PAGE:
Friday Five: The Best of Bristol SF/F
Fiction: 'Enter the Dragon. Later, Enter Another' by Lavie Tidhar

Underground Reading: The Garden of Stones by Mark T Barnes

[This is part of a series reviewing all ten finalists for the David Gemmell Legend Awards.]

What's it about?

17046606Mark T. Barnes' The Garden of Stones (2013) opens on a truly epic landscape. The realm is in chaos. After the fall of the Awakened Empire (the latest in a series of empires), the land has been divided between the the avian Seethe, their semi-human creations, the Avan, the humans and a host of other creatures. The species all differ on their approach to immortality - a theme of The Garden of Stones - and the many different paths to death (and beyond). Some elect to stay on this mortal coil in the form of artificial bodies. Others have become ghostly creatures. For the Avan, there's even a form of psychic race-memory, where the leader of their people retains the knowledge of those who went before. And this is a very old world, with a lot of backstory knowledge.

As well as this weight of history, there is also the burden of prophecy. Corajidin, master of one of the great houses of the Avan, is dying - but his personal sorceror informs him that not only will he live, he will rule and restore the Empire. As the book begins, his plotting has set wheels in motion: the other Great Houses are in a state of upheaval, ancient relics are being uncovered (and they really shouldn't) and, generally speaking, shit's goin' down.

Fortunately, the warrior-wizard-scholar-mercenary-adventurer Indris stands in the way. Initially roped in through a sense of obligation - Indris' oft-referenced missing wife is the daughter of one of the Great Houses - he soon realises that there's a larger game afoot. Indris and his companions may be the only people that can stop Corajidin's ambitions.


The rose in the garden.

So, good stuff. 


Ok. Let's move on.

...and the weeds.

I'm really not happy that, alphabetically speaking, I drew The Garden of Stones as the first review. There are two interrelated reasons for this:

  1. I didn't finish it.
  2. I thought it was awful.

I think there's an interesting argument about whether or not I even have the 'right' to review this book - I barely made it to the 50% mark, after all. Leaving a book unfinished is extremely rare for me, and, if I recall correctly, this is the first time I've ever dared to review something that I didn't complete.  I'm completely happy to address the ethics of this in the comments. For the sake of this review, however, I do think it is fair to discuss why I stopped reading Garden of Stones, and why I thought it was, essentially, irredeemable.

[If you have a problem with me reviewing a book I couldn't finish - please skip to the comments now and leave me, and anyone else who comes along, a description of what I've missed by not making it to the end. And, as always, I would like to remind people that these reviews are just my opinion, and, everyone should read everything and make their own decisions. Caveat, caveat, caveat.]

From the start, there's something fundamentally disconcerting about joining an epic-level adventure. It is easy to mock the stable-boy trope in high fantasy, but it is there for a reason: it provides a sense of direction. In high fantasy, that direction - levelling-up, if you will - is often all the character development you get. In the better fantasies, there's a discussion of what that direction means to the character - from the "why me?" of Eddings' Belgarion to the prematurely white hair in the beard of Williams' Simon Snowlock. And, even in the bad fantasies, there's still the joy of growth - of overcoming obstacles of increasing difficulty and getting bigger, better toys as a result. We work towards the epic-level adventure.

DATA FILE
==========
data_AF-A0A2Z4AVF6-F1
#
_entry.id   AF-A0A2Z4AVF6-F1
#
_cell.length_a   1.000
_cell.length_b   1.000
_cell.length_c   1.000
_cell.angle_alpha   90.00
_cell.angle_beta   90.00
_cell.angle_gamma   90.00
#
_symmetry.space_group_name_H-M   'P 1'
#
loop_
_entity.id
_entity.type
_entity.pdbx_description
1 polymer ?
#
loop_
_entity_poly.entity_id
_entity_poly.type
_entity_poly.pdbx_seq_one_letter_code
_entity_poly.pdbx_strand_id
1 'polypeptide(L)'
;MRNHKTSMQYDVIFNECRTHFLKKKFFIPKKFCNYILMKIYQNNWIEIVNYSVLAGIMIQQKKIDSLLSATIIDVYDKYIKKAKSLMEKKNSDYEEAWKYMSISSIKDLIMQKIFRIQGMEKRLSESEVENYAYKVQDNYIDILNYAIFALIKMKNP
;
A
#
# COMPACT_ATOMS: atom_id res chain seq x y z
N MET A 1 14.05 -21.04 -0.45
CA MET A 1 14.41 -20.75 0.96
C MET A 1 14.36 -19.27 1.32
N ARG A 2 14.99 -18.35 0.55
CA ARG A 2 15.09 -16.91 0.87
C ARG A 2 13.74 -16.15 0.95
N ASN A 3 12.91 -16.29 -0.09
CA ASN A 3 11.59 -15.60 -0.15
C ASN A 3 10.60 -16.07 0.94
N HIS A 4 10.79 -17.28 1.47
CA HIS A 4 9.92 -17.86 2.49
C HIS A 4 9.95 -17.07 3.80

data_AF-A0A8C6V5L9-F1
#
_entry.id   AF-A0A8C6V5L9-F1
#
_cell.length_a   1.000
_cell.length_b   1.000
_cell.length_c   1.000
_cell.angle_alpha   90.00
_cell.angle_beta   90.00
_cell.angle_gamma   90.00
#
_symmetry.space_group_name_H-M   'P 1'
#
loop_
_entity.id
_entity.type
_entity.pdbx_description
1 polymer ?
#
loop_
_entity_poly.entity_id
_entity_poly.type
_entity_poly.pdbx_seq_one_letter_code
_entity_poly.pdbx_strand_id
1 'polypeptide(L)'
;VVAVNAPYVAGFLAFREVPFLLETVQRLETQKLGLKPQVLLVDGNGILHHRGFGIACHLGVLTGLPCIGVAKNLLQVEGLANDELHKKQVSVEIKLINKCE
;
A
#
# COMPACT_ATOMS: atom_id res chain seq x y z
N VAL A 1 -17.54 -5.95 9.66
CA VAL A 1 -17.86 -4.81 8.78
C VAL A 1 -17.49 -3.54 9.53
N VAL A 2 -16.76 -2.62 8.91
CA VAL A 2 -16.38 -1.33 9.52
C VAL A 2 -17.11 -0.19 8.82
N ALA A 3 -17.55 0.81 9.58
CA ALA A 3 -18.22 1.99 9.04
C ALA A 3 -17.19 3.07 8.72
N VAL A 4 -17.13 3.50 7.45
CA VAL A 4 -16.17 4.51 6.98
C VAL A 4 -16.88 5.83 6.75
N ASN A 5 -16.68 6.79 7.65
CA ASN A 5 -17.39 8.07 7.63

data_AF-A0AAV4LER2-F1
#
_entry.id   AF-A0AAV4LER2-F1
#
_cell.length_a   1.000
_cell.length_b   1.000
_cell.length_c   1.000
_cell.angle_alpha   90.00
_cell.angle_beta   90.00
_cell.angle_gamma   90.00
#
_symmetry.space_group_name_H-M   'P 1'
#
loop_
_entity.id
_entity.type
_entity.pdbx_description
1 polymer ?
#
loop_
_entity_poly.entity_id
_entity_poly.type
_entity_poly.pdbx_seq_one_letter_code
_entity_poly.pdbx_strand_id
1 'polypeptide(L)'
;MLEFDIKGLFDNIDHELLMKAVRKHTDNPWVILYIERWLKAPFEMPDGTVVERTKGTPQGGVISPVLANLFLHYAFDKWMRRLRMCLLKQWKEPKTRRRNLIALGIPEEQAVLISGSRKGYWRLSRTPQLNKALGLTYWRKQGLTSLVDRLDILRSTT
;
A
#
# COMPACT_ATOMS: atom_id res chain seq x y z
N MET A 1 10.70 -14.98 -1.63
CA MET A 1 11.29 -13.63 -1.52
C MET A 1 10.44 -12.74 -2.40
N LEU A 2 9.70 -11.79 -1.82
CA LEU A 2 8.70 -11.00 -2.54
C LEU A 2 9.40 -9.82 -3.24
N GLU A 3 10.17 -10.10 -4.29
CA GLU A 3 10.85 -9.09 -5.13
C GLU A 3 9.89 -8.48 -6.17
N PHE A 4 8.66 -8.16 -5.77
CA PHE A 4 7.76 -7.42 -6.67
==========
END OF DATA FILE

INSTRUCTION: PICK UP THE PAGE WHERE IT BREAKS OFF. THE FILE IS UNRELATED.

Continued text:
In The Garden of Stones, we begin with an epic-level adventure. Indris is established from the first page as the baddest-ass wizard/warrior in the land, with a legendary weapon, unmatched martial prowess, infinite resources and an army of equally-ludicrous (if more specialised) companions. This isn't fun. He's an established character with settled plot arcs and, if advancement in this system is anything like D&D, it'll be another ten campaigns before he has the experience points to level again. Instead of seeing a character grow into himself, we're begin with a fully statted-out level 20 wizard/warrior. There's no direction for him to grow in: he's already fully grown. That's really dull.

This is also a microcosm of The Garden of Stones' larger problem: HOLY SHIT, THERE'S SO MUCH INFODUMPING. Indris vomits backstory every time he opens his mouth, and the book is wallpapered with paragraphs of explanation - about the world, about the magic, about the equipment, about the classes, about the way you distribute non-weapon proficiencies, about about about about... It achieves the exact opposite of what I interpret is its intention: by hammering me senseless with esoteric detail, I wound up ignoring all of it, desperately skimming each page in search of salient plot. Neither is it gracefully done - The Garden of Stones may boast my favourite ever passage of "As You Know, Bob" dialogue:

"You left me to rot in a hole when you had no more use for me. Anj-el-din died because of you."

"Don't lay your wife's fate at my feet!... Besides, you escaped.... It was our training [that] gave you the skills to escape. It's why we trained you so hard.... You were supposed to protect and serve the interests of your people..... But no, you had to marry. You betrayed the Order -"